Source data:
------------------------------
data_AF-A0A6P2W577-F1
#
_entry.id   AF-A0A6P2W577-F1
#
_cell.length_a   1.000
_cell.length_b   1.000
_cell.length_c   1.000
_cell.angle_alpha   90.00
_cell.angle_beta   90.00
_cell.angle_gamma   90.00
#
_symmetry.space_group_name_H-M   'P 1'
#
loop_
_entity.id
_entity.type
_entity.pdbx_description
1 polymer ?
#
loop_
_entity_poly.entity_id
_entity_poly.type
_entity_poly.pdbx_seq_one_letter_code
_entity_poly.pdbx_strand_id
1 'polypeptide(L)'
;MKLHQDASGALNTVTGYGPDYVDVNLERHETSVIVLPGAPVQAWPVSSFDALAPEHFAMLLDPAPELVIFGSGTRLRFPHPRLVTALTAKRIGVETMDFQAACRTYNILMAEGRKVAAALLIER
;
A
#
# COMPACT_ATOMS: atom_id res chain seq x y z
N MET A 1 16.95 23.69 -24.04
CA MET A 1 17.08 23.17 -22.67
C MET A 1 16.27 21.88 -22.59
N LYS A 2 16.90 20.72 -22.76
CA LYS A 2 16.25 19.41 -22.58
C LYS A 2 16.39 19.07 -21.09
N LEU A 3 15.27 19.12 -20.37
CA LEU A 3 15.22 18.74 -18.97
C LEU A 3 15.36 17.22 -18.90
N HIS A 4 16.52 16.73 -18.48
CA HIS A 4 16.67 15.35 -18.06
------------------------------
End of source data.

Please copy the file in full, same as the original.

data_AF-A0A6P2W577-F1
#
_entry.id   AF-A0A6P2W577-F1
#
_cell.length_a   1.000
_cell.length_b   1.000
_cell.length_c   1.000
_cell.angle_alpha   90.00
_cell.angle_beta   90.00
_cell.angle_gamma   90.00
#
_symmetry.space_group_name_H-M   'P 1'
#
loop_
_entity.id
_entity.type
_entity.pdbx_description
1 polymer ?
#
loop_
_entity_poly.entity_id
_entity_poly.type
_entity_poly.pdbx_seq_one_letter_code
_entity_poly.pdbx_strand_id
1 'polypeptide(L)'
;MKLHQDASGALNTVTGYGPDYVDVNLERHETSVIVLPGAPVQAWPVSSFDALAPEHFAMLLDPAPELVIFGSGTRLRFPHPRLVTALTAKRIGVETMDFQAACRTYNILMAEGRKVAAALLIER
;
A
#
# COMPACT_ATOMS: atom_id res chain seq x y z
N MET A 1 16.95 23.69 -24.04
CA MET A 1 17.08 23.17 -22.67
C MET A 1 16.27 21.88 -22.59
N LYS A 2 16.90 20.72 -22.76
CA LYS A 2 16.25 19.41 -22.58
C LYS A 2 16.39 19.07 -21.09
N LEU A 3 15.27 19.12 -20.37
CA LEU A 3 15.22 18.74 -18.97
C LEU A 3 15.36 17.22 -18.90
N HIS A 4 16.52 16.73 -18.48
CA HIS A 4 16.67 15.35 -18.06